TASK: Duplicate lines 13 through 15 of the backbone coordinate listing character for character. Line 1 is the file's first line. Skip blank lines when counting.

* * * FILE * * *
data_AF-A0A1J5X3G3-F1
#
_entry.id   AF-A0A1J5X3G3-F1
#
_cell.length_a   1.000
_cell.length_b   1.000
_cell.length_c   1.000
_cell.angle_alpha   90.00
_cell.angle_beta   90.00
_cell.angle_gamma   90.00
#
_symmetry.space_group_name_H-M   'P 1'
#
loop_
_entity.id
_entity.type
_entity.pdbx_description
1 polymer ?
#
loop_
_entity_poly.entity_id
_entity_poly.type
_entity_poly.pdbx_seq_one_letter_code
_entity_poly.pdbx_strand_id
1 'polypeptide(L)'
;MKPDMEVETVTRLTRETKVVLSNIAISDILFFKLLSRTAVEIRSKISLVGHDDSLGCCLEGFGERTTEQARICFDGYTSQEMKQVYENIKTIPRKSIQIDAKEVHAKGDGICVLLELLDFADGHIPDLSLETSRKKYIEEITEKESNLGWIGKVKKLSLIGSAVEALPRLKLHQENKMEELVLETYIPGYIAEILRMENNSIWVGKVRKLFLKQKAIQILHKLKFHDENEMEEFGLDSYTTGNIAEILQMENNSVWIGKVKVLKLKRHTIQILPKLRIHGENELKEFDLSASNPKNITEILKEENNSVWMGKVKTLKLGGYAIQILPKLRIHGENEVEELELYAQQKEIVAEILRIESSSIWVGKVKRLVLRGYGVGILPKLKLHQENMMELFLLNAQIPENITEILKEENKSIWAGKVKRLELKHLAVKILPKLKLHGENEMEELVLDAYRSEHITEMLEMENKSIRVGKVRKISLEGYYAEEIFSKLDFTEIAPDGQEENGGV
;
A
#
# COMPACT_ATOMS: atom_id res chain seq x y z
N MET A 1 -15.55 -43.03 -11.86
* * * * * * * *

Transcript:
#
loop_
_entity.id